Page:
Pioneer Natural Resources Co., the energy explorer whose shares have doubled in value this year, rose as much as 5.8 percent after reporting record exploratory results in the Permian Basin.
Drilling results from three wells in the Permian’s Wolfcamp D area, also known as the Cline Shale, were the highest ever in that part of the basin, said Robert L. Christensen Jr., a New York-based analyst at Canaccord Genuity Corp. Pioneer, which released the results as part of its third-quarter earnings statement today, rose to as high as $225.88 in after-hours trading in New York, before dropping back to $215 at 5:30 p.m.
“The industry has tried pretty heroically in the Cline Shale” to get substantial amounts of oil from wells, Christensen said in a phone interview. “This is their first Cline test and it happened to be a record for the Cline and a record for any interval in the Wolfcamp.”
Pioneer was among the 10 largest holders of net acreage in the Permian Basin in Texas at the end of the second quarter, according to data compiled by Bloomberg.
Permian oil production in Texas has climbed 33 percent in the past six years, rising to 921,413 barrels last year. The Irving, Texas-based company has estimated its 640,000 net acres in the Permian — including the Spraberry and Wolfcamp areas — will yield the equivalent of more than 7 billion barrels of oil.
The company’s E.T. O’Daniel .2H well had initial peak production equivalent to 3,156 barrels of oil a day, the highest horizontal 24-hour rate in the Midland Basin, Pioneer said. Production rates for two other wells in the Wolfcamp were 2,128 barrels and 1,509 barrels with oil content of at least 60 percent.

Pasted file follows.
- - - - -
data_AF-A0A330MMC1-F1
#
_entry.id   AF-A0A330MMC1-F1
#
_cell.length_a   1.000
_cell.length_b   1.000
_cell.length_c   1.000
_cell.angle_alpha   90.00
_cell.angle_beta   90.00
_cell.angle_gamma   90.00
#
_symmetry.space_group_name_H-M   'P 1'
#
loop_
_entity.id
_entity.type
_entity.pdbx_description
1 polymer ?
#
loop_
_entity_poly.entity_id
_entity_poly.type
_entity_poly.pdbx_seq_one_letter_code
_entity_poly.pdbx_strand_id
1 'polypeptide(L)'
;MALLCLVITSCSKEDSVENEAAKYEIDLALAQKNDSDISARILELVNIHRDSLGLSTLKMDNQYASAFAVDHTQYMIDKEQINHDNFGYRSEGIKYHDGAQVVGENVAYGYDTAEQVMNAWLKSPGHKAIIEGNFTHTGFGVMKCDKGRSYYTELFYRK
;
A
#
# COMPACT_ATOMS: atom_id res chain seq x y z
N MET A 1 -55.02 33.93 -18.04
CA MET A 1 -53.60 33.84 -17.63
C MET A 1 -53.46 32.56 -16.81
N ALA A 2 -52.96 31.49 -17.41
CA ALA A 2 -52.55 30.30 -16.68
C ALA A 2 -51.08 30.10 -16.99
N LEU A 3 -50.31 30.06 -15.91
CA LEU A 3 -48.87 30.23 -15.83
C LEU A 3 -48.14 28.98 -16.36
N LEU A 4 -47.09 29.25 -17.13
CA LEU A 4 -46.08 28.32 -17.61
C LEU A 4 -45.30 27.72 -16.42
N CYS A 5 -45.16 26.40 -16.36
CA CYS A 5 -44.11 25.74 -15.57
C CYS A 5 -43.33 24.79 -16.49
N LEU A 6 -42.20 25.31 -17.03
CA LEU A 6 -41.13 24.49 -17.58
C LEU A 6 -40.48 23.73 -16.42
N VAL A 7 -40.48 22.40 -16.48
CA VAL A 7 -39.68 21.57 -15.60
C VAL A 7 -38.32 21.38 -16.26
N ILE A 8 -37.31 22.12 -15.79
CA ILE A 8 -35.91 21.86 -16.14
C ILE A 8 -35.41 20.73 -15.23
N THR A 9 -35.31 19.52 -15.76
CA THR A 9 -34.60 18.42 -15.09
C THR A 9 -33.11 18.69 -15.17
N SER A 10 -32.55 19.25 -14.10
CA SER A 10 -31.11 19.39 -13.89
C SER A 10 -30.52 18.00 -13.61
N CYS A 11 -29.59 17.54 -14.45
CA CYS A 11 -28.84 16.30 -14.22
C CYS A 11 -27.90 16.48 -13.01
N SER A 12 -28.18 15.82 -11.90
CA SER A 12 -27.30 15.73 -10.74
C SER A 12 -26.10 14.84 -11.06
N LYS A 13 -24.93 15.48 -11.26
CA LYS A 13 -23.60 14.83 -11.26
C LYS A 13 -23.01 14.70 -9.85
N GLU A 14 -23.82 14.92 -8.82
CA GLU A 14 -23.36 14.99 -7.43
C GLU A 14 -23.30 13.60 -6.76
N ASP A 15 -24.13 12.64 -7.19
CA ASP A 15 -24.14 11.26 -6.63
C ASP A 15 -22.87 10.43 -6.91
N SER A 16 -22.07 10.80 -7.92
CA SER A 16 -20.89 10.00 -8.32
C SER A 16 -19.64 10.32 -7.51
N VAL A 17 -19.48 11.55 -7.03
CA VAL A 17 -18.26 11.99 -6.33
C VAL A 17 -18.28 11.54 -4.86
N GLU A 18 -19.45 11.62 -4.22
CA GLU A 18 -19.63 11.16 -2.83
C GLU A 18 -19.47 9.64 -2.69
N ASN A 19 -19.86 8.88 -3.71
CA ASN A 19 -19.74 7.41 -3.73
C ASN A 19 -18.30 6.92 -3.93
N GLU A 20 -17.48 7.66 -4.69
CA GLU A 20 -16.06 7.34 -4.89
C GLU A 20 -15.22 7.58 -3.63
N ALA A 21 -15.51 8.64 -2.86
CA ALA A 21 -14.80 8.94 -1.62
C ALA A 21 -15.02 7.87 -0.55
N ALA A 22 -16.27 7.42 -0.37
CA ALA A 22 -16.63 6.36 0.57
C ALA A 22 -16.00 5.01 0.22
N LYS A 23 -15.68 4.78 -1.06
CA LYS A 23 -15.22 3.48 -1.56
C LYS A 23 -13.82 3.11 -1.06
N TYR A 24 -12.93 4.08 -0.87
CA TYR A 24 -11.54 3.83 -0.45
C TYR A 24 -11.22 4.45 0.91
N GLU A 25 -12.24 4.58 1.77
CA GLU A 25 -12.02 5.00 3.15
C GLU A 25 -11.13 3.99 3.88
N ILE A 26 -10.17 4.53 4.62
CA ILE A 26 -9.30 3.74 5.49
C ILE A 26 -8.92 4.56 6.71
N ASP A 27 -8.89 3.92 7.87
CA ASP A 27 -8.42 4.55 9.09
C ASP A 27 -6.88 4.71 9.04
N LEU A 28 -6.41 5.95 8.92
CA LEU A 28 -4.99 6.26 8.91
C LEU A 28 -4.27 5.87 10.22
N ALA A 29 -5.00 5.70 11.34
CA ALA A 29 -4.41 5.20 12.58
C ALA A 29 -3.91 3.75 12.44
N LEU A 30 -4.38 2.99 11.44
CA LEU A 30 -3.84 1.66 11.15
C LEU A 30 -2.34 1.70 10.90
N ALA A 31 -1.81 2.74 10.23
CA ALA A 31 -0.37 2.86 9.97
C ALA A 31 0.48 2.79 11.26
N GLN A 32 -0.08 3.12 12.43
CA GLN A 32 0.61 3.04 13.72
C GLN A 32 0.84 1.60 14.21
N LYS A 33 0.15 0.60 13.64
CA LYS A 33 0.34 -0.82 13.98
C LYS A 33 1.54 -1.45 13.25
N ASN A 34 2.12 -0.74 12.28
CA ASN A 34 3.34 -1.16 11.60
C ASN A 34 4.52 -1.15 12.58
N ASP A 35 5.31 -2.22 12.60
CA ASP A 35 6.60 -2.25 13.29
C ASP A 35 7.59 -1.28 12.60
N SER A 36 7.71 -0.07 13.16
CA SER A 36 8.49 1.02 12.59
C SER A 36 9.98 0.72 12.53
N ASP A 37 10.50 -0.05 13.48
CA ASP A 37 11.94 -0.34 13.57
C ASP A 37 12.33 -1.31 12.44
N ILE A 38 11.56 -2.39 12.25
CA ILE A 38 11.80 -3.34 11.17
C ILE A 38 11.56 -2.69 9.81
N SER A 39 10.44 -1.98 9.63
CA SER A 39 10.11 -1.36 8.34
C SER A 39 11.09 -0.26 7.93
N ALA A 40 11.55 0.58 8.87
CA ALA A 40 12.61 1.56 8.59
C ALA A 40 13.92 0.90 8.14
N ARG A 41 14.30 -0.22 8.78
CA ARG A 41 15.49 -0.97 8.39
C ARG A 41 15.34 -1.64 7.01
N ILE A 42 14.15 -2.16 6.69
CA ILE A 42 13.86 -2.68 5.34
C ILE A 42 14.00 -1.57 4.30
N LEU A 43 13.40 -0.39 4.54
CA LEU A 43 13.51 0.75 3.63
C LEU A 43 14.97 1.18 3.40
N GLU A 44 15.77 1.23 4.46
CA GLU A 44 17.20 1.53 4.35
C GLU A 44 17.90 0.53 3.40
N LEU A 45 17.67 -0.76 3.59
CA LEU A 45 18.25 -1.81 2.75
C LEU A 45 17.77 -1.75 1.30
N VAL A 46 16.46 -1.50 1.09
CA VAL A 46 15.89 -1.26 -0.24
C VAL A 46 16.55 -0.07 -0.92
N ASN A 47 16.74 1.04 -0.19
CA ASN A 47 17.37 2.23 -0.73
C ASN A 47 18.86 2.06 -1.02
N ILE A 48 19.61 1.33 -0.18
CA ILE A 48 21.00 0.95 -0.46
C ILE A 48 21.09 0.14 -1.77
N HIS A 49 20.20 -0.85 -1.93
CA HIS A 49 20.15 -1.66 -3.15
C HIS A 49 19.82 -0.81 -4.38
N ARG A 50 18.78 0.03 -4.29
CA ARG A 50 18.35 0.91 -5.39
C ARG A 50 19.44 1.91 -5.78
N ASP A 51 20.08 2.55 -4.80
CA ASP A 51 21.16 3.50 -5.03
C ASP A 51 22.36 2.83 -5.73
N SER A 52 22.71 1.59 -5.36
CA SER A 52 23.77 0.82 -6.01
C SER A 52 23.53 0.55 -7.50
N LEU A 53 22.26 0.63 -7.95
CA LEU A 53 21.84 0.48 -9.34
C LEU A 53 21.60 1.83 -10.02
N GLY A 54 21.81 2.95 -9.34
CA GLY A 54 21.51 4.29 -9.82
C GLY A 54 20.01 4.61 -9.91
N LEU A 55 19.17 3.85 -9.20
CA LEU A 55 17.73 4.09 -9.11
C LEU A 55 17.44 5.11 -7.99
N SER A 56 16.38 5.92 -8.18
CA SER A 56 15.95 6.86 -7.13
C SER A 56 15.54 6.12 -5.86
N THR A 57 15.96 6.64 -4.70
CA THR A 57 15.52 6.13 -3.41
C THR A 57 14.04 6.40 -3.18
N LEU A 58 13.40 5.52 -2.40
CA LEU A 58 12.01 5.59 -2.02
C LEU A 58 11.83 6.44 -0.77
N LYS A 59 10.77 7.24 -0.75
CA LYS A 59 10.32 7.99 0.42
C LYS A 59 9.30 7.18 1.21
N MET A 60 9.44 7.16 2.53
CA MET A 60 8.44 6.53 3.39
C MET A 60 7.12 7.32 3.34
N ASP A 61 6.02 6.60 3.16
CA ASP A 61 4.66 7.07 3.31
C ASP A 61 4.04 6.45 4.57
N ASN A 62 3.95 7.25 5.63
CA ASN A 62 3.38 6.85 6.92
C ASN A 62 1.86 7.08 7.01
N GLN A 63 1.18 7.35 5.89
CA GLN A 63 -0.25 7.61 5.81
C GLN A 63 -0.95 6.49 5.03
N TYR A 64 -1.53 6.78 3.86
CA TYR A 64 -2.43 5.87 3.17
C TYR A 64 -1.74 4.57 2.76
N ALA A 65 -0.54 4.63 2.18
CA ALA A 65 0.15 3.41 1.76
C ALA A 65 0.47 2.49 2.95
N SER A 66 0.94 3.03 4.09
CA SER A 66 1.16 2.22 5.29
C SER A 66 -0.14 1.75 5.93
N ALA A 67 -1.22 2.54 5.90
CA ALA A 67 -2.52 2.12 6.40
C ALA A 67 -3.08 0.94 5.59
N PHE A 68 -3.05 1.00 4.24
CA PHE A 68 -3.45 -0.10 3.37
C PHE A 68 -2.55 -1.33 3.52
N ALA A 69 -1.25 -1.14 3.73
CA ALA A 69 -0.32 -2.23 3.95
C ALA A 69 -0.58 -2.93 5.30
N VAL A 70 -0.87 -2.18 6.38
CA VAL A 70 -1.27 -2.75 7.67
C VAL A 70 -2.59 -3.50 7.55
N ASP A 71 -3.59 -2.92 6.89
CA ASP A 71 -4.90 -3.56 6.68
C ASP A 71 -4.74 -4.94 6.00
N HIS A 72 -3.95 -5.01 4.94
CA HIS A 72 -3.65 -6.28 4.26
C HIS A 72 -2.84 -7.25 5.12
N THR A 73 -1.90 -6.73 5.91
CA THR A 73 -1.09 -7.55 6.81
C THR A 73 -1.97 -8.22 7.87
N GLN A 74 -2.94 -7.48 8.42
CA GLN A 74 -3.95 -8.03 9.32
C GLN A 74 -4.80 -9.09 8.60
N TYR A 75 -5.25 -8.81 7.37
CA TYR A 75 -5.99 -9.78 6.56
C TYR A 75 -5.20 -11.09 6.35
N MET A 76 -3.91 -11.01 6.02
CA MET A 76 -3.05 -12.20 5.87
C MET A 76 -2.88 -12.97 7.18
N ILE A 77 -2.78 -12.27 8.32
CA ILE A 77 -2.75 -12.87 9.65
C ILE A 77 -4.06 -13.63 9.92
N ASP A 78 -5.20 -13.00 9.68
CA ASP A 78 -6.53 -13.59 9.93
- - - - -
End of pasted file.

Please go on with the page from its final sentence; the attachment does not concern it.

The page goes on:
Pioneer is forecasting 2013 output will be 14 percent higher than last year. The company had previously anticipated a 14 percent to 16 percent increase.
Third-quarter net income more than quadrupled to $91.1 million, or 65 cents a share, from $19.2 million, or 15 cents, a year earlier, the company said in a statement today. Excluding one-time items, per-share earnings were below the $1.35 average of 38 analysts’ estimates compiled by Bloomberg.
Average sales volumes during the third quarter increased to the equivalent of 172,611 barrels of oil a day from 159,894 barrels a year earlier, based on continuing operations. That’s “slightly below” the company’s guidance for the quarter, Pioneer said.
The failure to meet the output estimate was “a result of delays in bringing new wells on production in the Eagle Ford Shale related to increased pad drilling,” Scott Sheffield, chairman and chief executive officer of Pioneer, said in the statement. “We expect fourth-quarter production to grow significantly as these delayed wells and a substantial number of new pad wells from the Eagle Ford Shale and the Spraberry
Wolfcamp areas are placed on production.”